Jared Gardner has written an excellent foreword, a very informative essay about Soglow's life and career, from his early years in the recent-immigrants neighborhood Yorkville on Manhattan in 1900 as a child of Jewish German immigrants. His father was a house painter and his mother got occasional household jobs. Otto grew up with youth gangs and movies, which he loved. He had to help provide for his family from his early teens, but soon found that he wanted something more than the menial jobs available in Yorkville. He was way too short to get a job in the movies, med he loved drawing, so...
He got a job painting flowers on baby rattles and did evening studies at the Art Students League of New York. Then, he started to get cartoons published in leftist magazines like The New Masses in a dark, heavy style.
Meanwhile, The New Yorker was founded in 1925, and editor Harold Ross wanted to distinguish its look from other, similar magazines by using a simpler, more modernist style of cartooning. Soglow was in the process of simplifying his style, and found a place at the new magazine with his new style and his somewhat surrealistic cartoons. By 1930, Soglow had made a name for himself, and was getting job offers. In 1930, the Little King also made his first appearance in the pages of The New Yorker. As Gardner puts it, "the Little King in The New Yorker played on the surprise of seeing a man with all the privilege and power in the world longing for a simple life of beer and dancehalls".
The Little King was a hit, and comics lover and King Features Syndicate owner William Randolph Hearst noticed. Also, at the time, comics advertising was starting to take off, which was a potential lucrative source of money. Soglow got an offer from Hearst, created a similar strip called The Ambassador until he'd be free of contractual Little King obligations to The New Yorker a year later, and launched The Little King in September 1934.
There's more to the foreword than that, but I can't jolly well steal it all for a blogpost. It's well worth reading, though, so do seek it out.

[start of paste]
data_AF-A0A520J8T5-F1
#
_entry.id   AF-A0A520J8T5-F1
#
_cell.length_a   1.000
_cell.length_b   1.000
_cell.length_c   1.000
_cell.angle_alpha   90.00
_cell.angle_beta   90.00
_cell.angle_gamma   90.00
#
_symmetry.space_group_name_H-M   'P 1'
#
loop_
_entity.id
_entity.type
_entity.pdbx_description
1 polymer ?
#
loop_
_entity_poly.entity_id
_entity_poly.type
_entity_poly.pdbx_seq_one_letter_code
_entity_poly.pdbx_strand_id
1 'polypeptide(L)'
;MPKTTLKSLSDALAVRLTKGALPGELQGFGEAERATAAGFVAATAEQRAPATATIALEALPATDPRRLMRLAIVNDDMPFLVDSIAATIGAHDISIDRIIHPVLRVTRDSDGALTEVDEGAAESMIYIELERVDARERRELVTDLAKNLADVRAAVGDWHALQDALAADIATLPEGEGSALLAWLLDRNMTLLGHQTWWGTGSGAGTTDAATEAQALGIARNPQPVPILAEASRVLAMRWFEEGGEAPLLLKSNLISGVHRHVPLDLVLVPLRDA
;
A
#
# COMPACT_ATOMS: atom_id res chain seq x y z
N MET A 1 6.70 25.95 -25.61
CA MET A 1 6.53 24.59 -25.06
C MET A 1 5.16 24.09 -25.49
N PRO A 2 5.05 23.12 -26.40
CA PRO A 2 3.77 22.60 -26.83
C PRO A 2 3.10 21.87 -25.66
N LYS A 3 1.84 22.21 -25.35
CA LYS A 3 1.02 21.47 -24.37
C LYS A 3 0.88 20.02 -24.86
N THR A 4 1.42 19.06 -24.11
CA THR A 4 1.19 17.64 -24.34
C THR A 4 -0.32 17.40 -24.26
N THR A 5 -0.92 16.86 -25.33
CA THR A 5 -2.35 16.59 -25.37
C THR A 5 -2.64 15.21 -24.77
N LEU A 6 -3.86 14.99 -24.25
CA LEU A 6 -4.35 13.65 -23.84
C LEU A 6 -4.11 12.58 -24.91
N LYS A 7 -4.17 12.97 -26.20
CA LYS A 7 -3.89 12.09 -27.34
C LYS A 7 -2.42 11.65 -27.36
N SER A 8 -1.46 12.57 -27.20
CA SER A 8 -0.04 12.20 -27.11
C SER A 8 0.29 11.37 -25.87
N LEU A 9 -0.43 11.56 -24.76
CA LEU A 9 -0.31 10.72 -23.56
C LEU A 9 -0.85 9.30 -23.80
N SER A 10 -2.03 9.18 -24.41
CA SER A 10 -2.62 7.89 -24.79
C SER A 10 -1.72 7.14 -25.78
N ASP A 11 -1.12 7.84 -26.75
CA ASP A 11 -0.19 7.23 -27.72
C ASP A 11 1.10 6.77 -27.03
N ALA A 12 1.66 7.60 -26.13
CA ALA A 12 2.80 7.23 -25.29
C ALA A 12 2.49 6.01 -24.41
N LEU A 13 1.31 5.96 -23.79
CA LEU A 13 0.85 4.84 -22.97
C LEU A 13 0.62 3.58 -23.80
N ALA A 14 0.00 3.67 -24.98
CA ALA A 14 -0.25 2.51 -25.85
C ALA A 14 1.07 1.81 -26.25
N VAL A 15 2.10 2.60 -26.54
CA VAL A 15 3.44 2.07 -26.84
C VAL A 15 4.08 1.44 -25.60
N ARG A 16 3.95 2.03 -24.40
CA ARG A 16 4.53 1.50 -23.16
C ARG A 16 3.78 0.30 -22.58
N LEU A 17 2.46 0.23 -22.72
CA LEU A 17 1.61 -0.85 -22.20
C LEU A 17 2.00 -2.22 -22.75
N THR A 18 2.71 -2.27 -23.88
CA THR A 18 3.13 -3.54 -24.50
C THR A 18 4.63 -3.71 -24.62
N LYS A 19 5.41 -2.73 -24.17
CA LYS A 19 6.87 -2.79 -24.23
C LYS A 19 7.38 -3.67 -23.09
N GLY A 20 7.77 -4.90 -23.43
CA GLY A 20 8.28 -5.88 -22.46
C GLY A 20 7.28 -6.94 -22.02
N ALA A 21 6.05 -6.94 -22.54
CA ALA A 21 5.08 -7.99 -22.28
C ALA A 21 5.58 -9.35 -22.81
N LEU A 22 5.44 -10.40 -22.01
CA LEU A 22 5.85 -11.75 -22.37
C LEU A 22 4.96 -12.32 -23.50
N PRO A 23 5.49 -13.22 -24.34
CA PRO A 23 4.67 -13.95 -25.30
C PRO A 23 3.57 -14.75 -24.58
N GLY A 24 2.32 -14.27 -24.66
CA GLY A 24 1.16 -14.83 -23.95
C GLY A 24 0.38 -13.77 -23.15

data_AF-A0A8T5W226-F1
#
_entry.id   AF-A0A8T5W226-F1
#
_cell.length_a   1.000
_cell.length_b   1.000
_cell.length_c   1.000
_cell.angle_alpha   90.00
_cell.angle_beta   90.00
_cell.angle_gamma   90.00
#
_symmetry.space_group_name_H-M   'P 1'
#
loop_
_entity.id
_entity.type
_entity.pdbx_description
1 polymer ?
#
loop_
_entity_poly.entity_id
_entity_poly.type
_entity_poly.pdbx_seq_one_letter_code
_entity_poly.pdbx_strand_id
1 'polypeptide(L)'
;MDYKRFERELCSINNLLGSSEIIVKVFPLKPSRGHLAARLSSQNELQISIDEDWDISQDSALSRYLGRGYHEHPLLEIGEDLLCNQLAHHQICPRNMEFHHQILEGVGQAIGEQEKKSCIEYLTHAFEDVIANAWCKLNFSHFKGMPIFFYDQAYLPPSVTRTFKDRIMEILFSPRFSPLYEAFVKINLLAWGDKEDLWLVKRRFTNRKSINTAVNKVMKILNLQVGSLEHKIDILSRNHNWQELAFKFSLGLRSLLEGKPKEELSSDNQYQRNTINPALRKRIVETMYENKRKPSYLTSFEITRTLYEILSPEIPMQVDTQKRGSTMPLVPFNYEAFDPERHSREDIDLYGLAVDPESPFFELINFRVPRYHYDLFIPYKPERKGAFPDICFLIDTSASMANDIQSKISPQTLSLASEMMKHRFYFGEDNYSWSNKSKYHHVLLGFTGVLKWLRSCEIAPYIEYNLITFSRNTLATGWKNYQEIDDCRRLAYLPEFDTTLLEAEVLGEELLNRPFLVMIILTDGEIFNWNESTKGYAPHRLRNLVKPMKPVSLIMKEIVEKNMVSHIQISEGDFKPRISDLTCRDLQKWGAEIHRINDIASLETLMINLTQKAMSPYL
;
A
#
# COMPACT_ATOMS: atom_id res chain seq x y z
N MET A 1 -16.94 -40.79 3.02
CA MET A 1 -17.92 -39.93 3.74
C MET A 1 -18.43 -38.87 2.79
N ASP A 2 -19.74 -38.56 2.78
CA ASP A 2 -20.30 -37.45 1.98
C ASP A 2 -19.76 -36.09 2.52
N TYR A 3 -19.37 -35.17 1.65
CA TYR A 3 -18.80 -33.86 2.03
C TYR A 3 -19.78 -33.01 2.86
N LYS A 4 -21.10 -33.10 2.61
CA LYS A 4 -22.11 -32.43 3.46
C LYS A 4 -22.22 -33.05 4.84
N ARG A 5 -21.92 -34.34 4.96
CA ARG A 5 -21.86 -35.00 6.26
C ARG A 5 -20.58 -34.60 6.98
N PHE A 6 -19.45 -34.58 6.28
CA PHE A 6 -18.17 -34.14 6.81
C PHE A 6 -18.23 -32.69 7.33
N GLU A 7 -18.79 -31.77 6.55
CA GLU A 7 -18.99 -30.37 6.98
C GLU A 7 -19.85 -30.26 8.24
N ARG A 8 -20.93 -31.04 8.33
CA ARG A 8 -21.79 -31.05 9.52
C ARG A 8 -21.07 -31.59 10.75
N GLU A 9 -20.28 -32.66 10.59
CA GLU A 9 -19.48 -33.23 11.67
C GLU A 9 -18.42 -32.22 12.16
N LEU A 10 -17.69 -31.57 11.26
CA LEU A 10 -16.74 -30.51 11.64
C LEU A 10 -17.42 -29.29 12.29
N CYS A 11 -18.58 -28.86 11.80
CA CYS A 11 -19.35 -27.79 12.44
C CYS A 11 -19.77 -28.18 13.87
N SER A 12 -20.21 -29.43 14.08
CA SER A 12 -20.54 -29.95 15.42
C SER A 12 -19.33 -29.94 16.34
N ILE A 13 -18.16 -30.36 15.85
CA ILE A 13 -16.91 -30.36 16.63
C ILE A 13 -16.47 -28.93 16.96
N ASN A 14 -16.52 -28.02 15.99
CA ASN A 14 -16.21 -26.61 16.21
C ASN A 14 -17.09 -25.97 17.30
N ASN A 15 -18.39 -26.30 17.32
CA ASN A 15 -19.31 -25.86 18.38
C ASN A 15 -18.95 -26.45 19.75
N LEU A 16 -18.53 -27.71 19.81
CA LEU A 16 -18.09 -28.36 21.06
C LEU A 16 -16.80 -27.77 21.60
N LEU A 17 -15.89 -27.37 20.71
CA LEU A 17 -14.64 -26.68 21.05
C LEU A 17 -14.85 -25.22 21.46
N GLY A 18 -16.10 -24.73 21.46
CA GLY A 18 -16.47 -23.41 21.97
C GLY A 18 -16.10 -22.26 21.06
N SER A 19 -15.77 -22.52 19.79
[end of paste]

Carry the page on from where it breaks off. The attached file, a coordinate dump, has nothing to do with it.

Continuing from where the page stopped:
So why am I quite content with merely a representative collection of The Little King strips instead of a complete, multi-volume collection? Because it isn't all that great a strip.
Don't get me wrong – it's consistently amusing, like when the king joins a riot against the king so's to not be recognized as the King, when he commands out the Gurads so's he can have a full-scale snowball-war, or when he, leading a parade, gets himself a can to kick down the street, etc. Also, Soglow, much like Ernie Bushmiller, seems to go out of his way to make his gags as visual as possible. However, the king-as-regular-guy-or-going-against-expectations-of-his-high-office basis of the strip doesn't hold for the full 428 pages for me, and Soglow's style is a tad too simple for my tastes – while I love the simplicity of a strip like Peanuts, Schulz had a dynamc, lively ink line that Soglow lacks. Thus, there isn't anything other than the gags to liven up the strip, and sometime around page 300, they weren't enough for me anymore.
|Ookle the Dictator is more cartoonish than evil. August, 1940.|
There is however a rather interesting sequence of pages starting in May 1940, when a junkman named Ookle plays cards with the diminutive monarch and wins the kingdom from him. From then on, he titles himself "Ookle the dictator" and starts bossing the king around. Later, his role seems to be downgraded to that of a high official in his majesty's government, but the strips where there is genuine conflict between the two are probably the most interesting of the book, with their connection to the current events at the time.
Anyway, worth reading because it is a classic, and for Jared Gardner's excellent foreword. So big thanks to IDW for their consistently high quality reprints of old classics!
(Here is a more enthusiastic review of the book.)